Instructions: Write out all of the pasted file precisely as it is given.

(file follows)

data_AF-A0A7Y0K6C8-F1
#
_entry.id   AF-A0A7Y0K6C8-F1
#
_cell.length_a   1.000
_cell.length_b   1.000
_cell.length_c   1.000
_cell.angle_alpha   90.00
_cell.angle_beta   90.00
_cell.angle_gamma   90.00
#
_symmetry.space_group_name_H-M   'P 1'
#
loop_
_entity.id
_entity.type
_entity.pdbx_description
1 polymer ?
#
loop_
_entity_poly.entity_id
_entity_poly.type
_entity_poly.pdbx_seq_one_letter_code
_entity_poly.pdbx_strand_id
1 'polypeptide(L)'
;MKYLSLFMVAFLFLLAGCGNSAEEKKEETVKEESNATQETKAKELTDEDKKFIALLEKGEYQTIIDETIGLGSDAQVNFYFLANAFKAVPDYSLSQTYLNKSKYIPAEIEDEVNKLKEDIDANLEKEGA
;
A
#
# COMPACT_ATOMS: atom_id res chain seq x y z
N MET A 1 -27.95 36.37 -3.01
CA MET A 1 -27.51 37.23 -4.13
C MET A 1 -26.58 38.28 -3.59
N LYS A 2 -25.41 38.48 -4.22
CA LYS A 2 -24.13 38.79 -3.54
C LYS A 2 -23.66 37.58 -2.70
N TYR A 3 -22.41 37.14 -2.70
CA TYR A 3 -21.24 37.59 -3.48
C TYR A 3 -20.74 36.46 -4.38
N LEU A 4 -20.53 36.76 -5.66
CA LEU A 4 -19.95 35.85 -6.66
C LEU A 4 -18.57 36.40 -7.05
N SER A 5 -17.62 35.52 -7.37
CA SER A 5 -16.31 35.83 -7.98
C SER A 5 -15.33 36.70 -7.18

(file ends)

data_AF-A0A7Y0K6C8-F1
#
_entry.id   AF-A0A7Y0K6C8-F1
#
_cell.length_a   1.000
_cell.length_b   1.000
_cell.length_c   1.000
_cell.angle_alpha   90.00
_cell.angle_beta   90.00
_cell.angle_gamma   90.00
#
_symmetry.space_group_name_H-M   'P 1'
#
loop_
_entity.id
_entity.type
_entity.pdbx_description
1 polymer ?
#
loop_
_entity_poly.entity_id
_entity_poly.type
_entity_poly.pdbx_seq_one_letter_code
_entity_poly.pdbx_strand_id
1 'polypeptide(L)'
;MKYLSLFMVAFLFLLAGCGNSAEEKKEETVKEESNATQETKAKELTDEDKKFIALLEKGEYQTIIDETIGLGSDAQVNFYFLANAFKAVPDYSLSQTYLNKSKYIPAEIEDEVNKLKEDIDANLEKEGA
;
A
#
# COMPACT_ATOMS: atom_id res chain seq x y z
N MET A 1 -27.95 36.37 -3.01
CA MET A 1 -27.51 37.23 -4.13
C MET A 1 -26.58 38.28 -3.59
N LYS A 2 -25.41 38.48 -4.22
CA LYS A 2 -24.13 38.79 -3.54
C LYS A 2 -23.66 37.58 -2.70
N TYR A 3 -22.41 37.14 -2.70
CA TYR A 3 -21.24 37.59 -3.48
C TYR A 3 -20.74 36.46 -4.38
N LEU A 4 -20.53 36.76 -5.66
CA LEU A 4 -19.95 35.85 -6.66
C LEU A 4 -18.57 36.40 -7.05
N SER A 5 -17.62 35.52 -7.37
CA SER A 5 -16.31 35.83 -7.98
C SER A 5 -15.33 36.70 -7.18